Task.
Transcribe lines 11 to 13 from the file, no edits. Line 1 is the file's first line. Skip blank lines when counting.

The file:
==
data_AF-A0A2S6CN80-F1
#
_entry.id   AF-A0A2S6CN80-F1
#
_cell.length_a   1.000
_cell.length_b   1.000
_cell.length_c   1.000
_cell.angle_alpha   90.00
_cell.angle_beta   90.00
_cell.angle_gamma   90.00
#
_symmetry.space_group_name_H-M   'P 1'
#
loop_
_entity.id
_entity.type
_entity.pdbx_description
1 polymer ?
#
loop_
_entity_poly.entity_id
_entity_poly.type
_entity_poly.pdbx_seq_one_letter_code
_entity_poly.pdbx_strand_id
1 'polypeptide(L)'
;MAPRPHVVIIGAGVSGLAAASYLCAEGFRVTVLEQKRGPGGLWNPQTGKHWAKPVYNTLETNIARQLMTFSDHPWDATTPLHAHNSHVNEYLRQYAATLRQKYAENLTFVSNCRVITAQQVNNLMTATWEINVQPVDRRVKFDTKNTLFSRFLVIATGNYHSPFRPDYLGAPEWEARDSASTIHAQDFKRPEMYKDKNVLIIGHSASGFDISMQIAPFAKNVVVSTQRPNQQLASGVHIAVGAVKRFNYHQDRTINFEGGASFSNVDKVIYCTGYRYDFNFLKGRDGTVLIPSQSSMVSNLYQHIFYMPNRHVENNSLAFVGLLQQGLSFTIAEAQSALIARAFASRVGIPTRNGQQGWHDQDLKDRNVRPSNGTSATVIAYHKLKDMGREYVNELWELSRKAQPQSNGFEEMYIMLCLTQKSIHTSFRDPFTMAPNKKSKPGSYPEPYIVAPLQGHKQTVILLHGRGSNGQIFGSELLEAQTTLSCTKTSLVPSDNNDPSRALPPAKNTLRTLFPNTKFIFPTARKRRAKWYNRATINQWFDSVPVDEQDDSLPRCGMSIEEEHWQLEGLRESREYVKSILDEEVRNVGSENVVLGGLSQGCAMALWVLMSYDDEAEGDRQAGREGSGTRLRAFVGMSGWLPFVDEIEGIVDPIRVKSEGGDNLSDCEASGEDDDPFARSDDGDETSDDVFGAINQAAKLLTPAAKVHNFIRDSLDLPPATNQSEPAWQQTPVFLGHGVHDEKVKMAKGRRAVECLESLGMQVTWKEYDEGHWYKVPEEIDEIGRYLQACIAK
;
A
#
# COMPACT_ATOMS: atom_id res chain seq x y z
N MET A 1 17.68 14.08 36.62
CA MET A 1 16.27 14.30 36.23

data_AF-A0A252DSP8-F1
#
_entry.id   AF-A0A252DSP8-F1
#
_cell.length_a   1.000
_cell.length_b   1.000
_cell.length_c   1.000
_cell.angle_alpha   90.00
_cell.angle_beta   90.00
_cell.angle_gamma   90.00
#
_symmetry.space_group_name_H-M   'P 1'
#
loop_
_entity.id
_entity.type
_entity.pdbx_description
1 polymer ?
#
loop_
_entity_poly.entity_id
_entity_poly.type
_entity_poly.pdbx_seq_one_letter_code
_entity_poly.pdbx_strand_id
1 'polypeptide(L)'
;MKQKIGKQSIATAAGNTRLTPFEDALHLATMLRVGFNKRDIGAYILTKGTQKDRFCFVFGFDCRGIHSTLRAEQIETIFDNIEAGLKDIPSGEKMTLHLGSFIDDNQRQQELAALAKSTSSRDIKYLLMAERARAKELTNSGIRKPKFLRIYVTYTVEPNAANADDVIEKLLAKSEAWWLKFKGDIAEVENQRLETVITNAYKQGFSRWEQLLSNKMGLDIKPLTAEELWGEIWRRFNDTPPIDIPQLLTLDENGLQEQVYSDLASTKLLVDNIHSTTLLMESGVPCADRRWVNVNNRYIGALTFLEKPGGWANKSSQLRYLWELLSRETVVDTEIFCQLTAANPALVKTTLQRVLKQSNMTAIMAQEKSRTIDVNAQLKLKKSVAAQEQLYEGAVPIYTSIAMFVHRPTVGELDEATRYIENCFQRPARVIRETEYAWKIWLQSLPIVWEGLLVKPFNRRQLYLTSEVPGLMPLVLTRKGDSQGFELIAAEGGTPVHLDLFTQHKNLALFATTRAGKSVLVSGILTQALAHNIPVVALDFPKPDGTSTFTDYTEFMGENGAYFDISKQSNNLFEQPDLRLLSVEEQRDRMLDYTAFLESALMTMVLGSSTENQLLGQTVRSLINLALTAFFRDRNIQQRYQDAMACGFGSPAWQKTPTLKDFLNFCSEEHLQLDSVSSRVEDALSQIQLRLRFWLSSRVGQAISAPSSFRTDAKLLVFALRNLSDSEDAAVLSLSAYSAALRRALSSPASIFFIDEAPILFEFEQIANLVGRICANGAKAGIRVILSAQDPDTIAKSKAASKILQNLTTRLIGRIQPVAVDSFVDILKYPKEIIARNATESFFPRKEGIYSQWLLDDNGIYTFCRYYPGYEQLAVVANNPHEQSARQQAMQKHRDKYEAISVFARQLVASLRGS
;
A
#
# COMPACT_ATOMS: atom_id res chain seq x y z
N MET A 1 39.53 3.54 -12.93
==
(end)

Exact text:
#
_symmetry.space_group_name_H-M   'P 1'
#